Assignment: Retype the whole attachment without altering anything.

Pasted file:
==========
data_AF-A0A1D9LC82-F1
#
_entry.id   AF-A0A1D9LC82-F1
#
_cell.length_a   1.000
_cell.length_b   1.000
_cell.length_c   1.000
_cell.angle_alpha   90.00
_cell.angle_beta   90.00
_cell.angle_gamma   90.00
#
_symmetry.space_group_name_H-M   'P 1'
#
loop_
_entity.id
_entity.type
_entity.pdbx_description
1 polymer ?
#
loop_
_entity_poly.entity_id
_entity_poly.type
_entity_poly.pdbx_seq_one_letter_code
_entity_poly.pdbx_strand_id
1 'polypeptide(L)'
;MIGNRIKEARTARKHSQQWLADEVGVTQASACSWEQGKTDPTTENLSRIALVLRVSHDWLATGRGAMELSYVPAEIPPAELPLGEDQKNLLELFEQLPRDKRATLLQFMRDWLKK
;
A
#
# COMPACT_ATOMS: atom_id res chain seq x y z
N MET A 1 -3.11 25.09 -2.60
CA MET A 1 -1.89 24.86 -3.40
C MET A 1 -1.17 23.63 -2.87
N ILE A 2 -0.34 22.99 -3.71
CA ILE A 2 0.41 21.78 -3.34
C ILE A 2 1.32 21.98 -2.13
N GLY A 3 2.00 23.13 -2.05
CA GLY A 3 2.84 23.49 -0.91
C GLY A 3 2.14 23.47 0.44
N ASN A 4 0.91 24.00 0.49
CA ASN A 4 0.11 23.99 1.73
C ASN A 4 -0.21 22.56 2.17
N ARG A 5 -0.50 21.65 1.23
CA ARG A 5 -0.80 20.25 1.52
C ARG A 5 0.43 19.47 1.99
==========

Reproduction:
data_AF-A0A1D9LC82-F1
#
_entry.id   AF-A0A1D9LC82-F1
#
_cell.length_a   1.000
_cell.length_b   1.000
_cell.length_c   1.000
_cell.angle_alpha   90.00
_cell.angle_beta   90.00
_cell.angle_gamma   90.00
#
_symmetry.space_group_name_H-M   'P 1'
#
loop_
_entity.id
_entity.type
_entity.pdbx_description
1 polymer ?
#
loop_
_entity_poly.entity_id
_entity_poly.type
_entity_poly.pdbx_seq_one_letter_code
_entity_poly.pdbx_strand_id
1 'polypeptide(L)'
;MIGNRIKEARTARKHSQQWLADEVGVTQASACSWEQGKTDPTTENLSRIALVLRVSHDWLATGRGAMELSYVPAEIPPAELPLGEDQKNLLELFEQLPRDKRATLLQFMRDWLKK
;
A
#
# COMPACT_ATOMS: atom_id res chain seq x y z
N MET A 1 -3.11 25.09 -2.60
CA MET A 1 -1.89 24.86 -3.40
C MET A 1 -1.17 23.63 -2.87
N ILE A 2 -0.34 22.99 -3.71
CA ILE A 2 0.41 21.78 -3.34
C ILE A 2 1.32 21.98 -2.13
N GLY A 3 2.00 23.13 -2.05
CA GLY A 3 2.84 23.49 -0.91
C GLY A 3 2.14 23.47 0.44
N ASN A 4 0.91 24.00 0.49
CA ASN A 4 0.11 23.99 1.73
C ASN A 4 -0.21 22.56 2.17
N ARG A 5 -0.50 21.65 1.23
CA ARG A 5 -0.80 20.25 1.52
C ARG A 5 0.43 19.47 1.99